In an earlier section, we saw that the sentences
‘[beautiful math coming... please be patient]$\,2x - 3 = 0\,$’ and
‘[beautiful math coming... please be patient]$\,x = \frac{3}{2}\,$’ certainly look different,
but are ‘the same’ in a very important way: they always have the same truth.
No matter what number is chosen for
[beautiful math coming... please be patient]$\,x\,$, the sentences are true at the same time, and false at
the same time.
Here's the question to be explored in this section and the next:
How do we get from the harder equation
[beautiful math coming... please be patient]$\,2x - 3 = 0\,$ to the simpler equation
[beautiful math coming... please be patient]$\,x = \frac{3}{2}\,$?
That is, what can you do to an equation that will make it look
different, but not change its truth?
Two transforming ‘tools’ are needed to change
[beautiful math coming... please be patient]$\,2x - 3 = 0\,$
into
[beautiful math coming... please be patient]$\,x = \frac{3}{2}\,$.
One of these tools (the Addition Property of Equality) is discussed in this section;
the other (the Multiplication Property of Equality) is discussed in the following section.
Here's the way you would be told about one of the most commonly-used transforming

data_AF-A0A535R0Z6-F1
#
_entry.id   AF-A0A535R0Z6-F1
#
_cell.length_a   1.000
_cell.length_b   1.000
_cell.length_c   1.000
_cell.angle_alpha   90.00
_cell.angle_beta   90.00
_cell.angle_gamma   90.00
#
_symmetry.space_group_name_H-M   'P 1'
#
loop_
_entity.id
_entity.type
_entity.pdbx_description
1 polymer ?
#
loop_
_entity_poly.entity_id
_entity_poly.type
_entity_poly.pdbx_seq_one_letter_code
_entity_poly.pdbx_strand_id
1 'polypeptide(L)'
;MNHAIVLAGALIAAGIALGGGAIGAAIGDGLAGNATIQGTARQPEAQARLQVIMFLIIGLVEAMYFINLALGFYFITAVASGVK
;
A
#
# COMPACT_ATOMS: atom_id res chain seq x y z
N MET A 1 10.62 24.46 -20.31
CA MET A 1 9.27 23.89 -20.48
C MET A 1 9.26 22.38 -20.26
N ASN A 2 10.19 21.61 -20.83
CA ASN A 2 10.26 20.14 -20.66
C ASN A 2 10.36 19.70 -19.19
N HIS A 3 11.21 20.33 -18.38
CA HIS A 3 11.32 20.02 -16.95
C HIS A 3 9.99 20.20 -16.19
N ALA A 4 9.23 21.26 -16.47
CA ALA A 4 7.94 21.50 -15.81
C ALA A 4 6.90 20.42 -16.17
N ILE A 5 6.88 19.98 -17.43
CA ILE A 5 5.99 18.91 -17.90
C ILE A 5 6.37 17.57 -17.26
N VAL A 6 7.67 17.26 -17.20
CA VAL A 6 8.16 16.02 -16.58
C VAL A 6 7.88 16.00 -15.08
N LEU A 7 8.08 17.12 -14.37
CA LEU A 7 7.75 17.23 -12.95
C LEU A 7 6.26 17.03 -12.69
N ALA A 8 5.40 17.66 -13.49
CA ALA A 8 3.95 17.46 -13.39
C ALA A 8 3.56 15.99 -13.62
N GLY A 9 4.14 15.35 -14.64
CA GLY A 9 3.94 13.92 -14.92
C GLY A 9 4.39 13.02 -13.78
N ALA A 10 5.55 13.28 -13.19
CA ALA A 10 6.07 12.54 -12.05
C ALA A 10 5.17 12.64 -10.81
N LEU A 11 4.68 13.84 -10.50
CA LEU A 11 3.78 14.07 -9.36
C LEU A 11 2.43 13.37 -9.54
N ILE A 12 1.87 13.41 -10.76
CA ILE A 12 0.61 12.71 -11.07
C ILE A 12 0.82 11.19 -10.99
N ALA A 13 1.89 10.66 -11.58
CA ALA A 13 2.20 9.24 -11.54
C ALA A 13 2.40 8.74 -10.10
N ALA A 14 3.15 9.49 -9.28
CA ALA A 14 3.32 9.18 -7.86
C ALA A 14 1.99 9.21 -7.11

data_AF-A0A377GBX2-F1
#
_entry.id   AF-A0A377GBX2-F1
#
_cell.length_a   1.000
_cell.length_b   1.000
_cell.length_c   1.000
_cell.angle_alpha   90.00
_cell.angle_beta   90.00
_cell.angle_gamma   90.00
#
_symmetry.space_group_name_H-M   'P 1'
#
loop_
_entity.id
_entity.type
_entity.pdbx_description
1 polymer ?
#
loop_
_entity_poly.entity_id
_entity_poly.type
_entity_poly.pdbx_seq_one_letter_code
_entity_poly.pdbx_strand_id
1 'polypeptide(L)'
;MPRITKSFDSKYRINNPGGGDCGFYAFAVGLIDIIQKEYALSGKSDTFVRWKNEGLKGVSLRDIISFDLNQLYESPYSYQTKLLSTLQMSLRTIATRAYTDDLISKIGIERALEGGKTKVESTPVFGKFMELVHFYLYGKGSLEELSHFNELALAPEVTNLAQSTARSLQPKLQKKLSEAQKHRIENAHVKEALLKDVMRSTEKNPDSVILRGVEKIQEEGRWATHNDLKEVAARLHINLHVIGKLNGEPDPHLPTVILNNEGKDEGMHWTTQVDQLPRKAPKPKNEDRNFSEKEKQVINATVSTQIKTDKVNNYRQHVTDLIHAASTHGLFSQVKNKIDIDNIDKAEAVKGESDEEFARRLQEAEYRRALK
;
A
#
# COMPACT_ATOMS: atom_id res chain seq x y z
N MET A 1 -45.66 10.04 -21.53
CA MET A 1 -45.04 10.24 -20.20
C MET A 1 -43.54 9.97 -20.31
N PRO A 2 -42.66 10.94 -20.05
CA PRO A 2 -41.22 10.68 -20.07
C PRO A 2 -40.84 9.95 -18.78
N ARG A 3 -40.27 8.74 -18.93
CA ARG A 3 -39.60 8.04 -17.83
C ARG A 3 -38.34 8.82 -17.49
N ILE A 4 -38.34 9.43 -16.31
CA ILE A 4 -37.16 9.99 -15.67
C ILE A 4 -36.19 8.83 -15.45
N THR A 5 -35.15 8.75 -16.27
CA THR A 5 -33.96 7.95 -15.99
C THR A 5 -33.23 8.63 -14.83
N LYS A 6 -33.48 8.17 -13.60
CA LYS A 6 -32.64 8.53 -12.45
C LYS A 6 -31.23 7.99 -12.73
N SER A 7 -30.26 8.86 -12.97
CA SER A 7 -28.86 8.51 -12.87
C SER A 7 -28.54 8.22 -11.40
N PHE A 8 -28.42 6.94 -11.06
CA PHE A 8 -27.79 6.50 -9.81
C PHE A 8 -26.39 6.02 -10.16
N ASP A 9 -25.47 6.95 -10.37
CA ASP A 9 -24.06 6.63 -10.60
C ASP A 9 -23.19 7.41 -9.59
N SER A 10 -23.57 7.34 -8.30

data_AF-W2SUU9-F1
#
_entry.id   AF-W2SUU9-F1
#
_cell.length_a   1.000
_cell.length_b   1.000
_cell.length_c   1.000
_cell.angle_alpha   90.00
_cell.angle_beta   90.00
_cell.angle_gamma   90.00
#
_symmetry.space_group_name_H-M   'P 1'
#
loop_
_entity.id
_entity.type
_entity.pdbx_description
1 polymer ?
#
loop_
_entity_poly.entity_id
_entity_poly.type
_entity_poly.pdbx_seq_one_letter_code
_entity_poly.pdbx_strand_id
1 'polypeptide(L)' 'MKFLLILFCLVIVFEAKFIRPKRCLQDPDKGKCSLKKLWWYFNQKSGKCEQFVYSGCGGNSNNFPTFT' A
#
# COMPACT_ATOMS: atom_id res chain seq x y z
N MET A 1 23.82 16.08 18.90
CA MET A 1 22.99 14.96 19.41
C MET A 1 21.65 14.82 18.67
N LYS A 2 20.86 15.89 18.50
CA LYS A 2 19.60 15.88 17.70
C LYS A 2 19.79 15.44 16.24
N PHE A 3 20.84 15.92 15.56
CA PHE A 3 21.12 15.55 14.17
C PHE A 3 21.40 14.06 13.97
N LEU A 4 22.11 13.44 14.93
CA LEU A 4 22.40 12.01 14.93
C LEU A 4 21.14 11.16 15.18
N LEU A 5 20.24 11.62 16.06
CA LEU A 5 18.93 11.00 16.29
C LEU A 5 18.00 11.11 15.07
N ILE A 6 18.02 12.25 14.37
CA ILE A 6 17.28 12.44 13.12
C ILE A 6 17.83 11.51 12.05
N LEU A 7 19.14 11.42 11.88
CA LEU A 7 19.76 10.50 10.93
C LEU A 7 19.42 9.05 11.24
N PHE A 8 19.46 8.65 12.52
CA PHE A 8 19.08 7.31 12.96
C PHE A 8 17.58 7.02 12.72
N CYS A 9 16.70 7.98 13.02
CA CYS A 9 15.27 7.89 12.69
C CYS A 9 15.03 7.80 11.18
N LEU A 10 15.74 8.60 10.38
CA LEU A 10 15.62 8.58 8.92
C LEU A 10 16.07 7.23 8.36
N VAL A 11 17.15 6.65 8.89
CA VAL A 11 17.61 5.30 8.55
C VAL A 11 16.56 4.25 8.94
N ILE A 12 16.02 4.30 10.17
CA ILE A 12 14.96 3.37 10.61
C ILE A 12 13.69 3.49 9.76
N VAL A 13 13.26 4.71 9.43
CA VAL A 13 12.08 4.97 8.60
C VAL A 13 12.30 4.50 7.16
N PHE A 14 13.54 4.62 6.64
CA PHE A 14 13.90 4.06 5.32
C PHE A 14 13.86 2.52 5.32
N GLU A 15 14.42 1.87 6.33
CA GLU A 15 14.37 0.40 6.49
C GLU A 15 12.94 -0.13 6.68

tools for equations,
using the language of mathematics:
Note: Here's how to read aloud that sentence:
$a = b$ | $\text{⇔}$ | $a + c = b + c$ |
$a$ equals $b$ | is equivalent to | $a+c$ equals $b+c$ |
To a person not
trained in reading mathematics, the information contained
in this theorem is completely inaccessible.
If you don't understand
the language in which an idea is being expressed, then you can't
use the idea.
So, what is this theorem telling us that we can do?
To answer this question, you need to ask yourself:
What did you do to
‘[beautiful math coming... please be patient]$\,a = b\,$’ to transform it into
‘[beautiful math coming... please be patient]$\, a + c = b + c\,$’?
ANSWER: You added
[beautiful math coming... please be patient]$\,c\,$ to both sides of the equation.
Hence the first part of the translation:
Continuing the translation:
What did you do to
‘[beautiful math coming... please be patient]$\,a + c = b + c\,$’ to transform it into
‘[beautiful math coming... please be patient]$\,a = b\,$’?
ANSWER: You subtracted $\,c\,$ from both sides of the equation.
Hence the rest of the translation:
So, here's the full translation of the Addition Property of Equality:
this is the way a math teacher might translate the Addition
Property of Equality,
to tell students what they can do:
Here, you will practice recognizing equivalent equations.
Also, you will identify what you are doing to one equation to get an equivalent equation.